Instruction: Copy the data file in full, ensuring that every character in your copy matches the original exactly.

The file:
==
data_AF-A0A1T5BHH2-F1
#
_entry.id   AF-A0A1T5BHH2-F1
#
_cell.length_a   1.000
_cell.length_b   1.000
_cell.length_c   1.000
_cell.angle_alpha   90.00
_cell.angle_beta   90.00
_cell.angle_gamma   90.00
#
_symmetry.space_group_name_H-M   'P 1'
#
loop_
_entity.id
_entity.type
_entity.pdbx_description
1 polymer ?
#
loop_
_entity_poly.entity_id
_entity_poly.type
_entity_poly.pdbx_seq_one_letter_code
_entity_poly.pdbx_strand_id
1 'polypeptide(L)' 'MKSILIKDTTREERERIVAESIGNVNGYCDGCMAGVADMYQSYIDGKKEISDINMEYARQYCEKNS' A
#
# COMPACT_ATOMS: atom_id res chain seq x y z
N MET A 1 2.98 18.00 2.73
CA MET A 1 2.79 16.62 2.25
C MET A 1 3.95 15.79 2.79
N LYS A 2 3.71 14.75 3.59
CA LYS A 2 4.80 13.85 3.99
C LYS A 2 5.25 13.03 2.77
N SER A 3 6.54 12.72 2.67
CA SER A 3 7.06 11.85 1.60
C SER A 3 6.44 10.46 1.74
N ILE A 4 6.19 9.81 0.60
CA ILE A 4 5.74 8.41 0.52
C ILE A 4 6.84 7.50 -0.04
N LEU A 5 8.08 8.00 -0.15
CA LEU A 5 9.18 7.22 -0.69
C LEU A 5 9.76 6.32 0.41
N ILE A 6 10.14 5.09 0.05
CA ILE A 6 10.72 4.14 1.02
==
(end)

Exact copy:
data_AF-A0A1T5BHH2-F1
#
_entry.id   AF-A0A1T5BHH2-F1
#
_cell.length_a   1.000
_cell.length_b   1.000
_cell.length_c   1.000
_cell.angle_alpha   90.00
_cell.angle_beta   90.00
_cell.angle_gamma   90.00
#
_symmetry.space_group_name_H-M   'P 1'
#
loop_
_entity.id
_entity.type
_entity.pdbx_description
1 polymer ?
#
loop_
_entity_poly.entity_id
_entity_poly.type
_entity_poly.pdbx_seq_one_letter_code
_entity_poly.pdbx_strand_id
1 'polypeptide(L)' 'MKSILIKDTTREERERIVAESIGNVNGYCDGCMAGVADMYQSYIDGKKEISDINMEYARQYCEKNS' A
#
# COMPACT_ATOMS: atom_id res chain seq x y z
N MET A 1 2.98 18.00 2.73
CA MET A 1 2.79 16.62 2.25
C MET A 1 3.95 15.79 2.79
N LYS A 2 3.71 14.75 3.59
CA LYS A 2 4.80 13.85 3.99
C LYS A 2 5.25 13.03 2.77
N SER A 3 6.54 12.72 2.67
CA SER A 3 7.06 11.85 1.60
C SER A 3 6.44 10.46 1.74
N ILE A 4 6.19 9.81 0.60
CA ILE A 4 5.74 8.41 0.52
C ILE A 4 6.84 7.50 -0.04
N LEU A 5 8.08 8.00 -0.15
CA LEU A 5 9.18 7.22 -0.69
C LEU A 5 9.76 6.32 0.41
N ILE A 6 10.14 5.09 0.05
CA ILE A 6 10.72 4.14 1.02